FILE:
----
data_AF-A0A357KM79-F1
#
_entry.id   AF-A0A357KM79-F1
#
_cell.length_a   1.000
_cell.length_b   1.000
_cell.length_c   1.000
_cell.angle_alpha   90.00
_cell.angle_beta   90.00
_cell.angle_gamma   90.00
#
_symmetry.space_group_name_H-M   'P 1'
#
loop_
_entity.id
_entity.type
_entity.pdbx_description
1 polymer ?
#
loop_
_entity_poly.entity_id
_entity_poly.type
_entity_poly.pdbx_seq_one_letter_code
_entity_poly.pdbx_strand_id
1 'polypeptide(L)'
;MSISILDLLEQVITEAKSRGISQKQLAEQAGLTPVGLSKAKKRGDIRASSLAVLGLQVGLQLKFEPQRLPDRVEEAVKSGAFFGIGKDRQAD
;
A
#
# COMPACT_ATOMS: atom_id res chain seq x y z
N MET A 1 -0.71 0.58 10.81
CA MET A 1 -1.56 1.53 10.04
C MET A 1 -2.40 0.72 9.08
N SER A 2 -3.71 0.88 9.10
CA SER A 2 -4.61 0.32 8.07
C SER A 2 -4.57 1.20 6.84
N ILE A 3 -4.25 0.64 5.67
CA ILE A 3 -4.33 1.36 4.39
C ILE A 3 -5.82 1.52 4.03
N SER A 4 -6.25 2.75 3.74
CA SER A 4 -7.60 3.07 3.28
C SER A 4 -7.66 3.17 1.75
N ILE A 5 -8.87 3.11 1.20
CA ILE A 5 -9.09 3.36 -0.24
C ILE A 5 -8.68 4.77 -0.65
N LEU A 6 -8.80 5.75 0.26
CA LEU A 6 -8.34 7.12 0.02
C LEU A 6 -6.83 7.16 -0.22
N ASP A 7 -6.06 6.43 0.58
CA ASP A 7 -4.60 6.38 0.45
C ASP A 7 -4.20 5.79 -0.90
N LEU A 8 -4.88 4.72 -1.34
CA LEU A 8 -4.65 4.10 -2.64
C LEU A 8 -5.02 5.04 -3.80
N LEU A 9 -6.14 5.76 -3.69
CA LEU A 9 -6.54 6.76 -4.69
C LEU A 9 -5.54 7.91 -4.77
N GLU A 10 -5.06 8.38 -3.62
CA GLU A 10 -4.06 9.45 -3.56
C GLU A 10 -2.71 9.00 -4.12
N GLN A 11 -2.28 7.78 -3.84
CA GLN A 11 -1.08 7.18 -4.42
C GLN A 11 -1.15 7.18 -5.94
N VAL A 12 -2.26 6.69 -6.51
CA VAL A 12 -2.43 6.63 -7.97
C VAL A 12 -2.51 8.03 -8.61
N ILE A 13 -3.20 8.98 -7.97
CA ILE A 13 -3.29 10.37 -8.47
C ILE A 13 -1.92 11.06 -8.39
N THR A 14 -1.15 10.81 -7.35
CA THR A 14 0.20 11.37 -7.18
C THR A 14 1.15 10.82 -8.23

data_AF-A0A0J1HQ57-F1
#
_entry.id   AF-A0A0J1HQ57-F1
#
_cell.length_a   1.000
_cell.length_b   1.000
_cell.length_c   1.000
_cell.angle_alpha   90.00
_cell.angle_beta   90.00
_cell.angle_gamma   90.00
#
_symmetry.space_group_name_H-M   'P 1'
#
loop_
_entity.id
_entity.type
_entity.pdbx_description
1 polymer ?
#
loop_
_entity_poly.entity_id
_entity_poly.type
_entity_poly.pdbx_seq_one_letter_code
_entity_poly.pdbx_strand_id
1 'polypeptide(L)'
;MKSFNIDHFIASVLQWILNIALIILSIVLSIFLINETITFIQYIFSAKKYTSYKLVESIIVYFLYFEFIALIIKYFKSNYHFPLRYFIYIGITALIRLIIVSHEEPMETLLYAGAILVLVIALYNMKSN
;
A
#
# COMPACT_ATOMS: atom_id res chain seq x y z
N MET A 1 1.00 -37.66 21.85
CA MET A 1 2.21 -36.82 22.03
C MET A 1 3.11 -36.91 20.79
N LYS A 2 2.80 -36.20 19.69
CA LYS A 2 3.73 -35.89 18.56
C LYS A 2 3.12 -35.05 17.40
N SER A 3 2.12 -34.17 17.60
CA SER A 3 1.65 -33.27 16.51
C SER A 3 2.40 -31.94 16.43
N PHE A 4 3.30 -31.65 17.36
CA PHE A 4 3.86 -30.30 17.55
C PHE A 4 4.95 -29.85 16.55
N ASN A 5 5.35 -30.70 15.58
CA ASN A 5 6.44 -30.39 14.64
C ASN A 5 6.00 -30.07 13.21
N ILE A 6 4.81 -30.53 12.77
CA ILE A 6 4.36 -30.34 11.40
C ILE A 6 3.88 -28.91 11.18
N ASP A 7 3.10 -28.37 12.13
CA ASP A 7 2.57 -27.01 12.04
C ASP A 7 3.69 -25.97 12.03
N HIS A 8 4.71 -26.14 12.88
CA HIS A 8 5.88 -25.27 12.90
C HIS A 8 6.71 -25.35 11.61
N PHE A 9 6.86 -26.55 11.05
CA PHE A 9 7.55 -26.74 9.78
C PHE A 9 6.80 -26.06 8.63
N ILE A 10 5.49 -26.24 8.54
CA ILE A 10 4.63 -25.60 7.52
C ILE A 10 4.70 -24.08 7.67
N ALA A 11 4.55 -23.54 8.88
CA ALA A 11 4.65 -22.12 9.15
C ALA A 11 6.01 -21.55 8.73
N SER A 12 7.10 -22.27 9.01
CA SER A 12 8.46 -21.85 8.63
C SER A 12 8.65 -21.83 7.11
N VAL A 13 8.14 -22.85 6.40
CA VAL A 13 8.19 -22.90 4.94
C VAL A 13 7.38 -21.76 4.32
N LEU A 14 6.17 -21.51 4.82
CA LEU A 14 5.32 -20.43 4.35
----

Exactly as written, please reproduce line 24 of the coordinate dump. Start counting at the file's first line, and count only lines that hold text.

_entity_poly.pdbx_strand_id